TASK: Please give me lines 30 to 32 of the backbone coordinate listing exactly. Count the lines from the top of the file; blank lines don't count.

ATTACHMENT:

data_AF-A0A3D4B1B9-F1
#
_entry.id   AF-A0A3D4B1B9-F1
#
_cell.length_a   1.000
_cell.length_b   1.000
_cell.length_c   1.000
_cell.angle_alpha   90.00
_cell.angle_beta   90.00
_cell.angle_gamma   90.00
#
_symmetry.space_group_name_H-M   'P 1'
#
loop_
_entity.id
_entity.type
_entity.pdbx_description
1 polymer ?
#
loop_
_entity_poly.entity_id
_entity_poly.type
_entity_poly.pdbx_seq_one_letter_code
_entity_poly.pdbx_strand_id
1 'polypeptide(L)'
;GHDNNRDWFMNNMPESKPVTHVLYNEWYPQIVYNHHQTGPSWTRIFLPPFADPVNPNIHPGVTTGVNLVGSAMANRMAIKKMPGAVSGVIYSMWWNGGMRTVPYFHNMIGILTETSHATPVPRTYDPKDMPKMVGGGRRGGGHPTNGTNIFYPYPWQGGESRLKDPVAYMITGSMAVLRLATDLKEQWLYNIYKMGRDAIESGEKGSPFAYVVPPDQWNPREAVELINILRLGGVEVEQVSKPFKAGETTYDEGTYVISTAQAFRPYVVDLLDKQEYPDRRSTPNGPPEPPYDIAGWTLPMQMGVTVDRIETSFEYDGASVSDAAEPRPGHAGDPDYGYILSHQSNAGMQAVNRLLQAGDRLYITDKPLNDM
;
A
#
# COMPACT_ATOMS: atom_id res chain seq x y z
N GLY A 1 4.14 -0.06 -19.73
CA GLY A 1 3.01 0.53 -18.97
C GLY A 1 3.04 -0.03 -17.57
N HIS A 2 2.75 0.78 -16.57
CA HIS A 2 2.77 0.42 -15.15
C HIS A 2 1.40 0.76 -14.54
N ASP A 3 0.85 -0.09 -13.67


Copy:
# COMPACT_ATOMS: atom_id res chain seq x y z
N GLY A 1 4.14 -0.06 -19.73
CA GLY A 1 3.01 0.53 -18.97